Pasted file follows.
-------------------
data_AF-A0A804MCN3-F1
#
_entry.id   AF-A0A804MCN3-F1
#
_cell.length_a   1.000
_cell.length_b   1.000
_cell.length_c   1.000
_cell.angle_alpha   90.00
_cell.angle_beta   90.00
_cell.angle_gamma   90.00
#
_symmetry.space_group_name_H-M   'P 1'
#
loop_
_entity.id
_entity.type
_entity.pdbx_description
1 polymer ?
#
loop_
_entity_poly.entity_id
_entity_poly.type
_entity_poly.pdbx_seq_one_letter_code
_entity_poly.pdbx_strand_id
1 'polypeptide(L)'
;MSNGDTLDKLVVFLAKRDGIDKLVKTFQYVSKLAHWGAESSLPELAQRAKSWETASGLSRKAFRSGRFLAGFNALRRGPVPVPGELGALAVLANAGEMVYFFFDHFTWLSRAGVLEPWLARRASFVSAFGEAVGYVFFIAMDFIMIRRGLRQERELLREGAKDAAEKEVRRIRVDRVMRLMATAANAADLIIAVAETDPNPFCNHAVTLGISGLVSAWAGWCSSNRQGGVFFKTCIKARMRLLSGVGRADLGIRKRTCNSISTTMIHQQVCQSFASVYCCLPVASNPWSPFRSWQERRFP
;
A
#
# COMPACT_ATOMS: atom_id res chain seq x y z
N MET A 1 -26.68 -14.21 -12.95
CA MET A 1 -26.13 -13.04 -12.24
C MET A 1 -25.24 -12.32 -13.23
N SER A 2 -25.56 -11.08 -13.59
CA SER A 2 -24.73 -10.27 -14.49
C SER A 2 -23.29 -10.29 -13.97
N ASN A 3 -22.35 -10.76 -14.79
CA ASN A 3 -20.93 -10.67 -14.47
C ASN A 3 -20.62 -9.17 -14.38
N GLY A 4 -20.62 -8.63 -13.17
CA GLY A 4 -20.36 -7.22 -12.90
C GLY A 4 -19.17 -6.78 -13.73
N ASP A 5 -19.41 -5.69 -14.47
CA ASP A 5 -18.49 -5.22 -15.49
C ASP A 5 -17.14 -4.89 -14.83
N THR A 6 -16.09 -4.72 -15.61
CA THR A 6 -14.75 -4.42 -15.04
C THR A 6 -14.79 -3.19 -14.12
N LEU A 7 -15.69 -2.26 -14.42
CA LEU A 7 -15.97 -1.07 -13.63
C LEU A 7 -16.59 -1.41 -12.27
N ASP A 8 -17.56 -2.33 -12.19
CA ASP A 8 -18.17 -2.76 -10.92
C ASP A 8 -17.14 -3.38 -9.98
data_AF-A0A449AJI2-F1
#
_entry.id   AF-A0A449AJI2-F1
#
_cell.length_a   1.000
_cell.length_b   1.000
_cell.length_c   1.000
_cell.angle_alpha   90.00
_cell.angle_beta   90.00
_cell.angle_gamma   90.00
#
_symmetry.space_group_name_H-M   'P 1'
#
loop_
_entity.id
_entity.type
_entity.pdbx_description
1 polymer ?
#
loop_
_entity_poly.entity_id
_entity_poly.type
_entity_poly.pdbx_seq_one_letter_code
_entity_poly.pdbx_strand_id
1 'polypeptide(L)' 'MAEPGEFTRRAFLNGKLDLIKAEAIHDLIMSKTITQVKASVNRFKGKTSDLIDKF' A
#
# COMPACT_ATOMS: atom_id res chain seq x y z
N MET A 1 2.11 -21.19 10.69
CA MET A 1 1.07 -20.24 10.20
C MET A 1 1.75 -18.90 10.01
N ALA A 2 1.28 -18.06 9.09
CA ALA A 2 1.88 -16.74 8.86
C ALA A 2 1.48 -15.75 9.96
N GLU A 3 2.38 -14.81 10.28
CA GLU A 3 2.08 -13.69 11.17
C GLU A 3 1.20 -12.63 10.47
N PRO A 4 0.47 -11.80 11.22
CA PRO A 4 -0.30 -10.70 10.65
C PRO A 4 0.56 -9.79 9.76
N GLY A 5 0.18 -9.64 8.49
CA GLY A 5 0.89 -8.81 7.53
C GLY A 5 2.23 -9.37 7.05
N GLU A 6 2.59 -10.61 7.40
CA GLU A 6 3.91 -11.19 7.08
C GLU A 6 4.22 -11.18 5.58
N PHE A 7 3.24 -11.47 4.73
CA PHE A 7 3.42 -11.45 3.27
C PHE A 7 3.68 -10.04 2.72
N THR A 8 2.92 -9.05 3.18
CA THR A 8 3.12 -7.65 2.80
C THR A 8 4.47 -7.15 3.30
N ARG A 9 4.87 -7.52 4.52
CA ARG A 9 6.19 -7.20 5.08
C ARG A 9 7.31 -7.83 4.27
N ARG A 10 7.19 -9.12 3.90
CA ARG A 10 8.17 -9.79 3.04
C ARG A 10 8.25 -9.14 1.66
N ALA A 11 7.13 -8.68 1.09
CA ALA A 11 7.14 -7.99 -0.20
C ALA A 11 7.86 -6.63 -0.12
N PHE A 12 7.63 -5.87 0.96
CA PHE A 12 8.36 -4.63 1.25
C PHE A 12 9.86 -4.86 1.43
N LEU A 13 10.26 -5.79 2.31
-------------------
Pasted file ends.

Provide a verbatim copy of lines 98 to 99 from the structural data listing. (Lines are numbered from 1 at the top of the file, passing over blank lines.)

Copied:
CA GLU A 6 3.91 -11.19 7.08
C GLU A 6 4.22 -11.18 5.58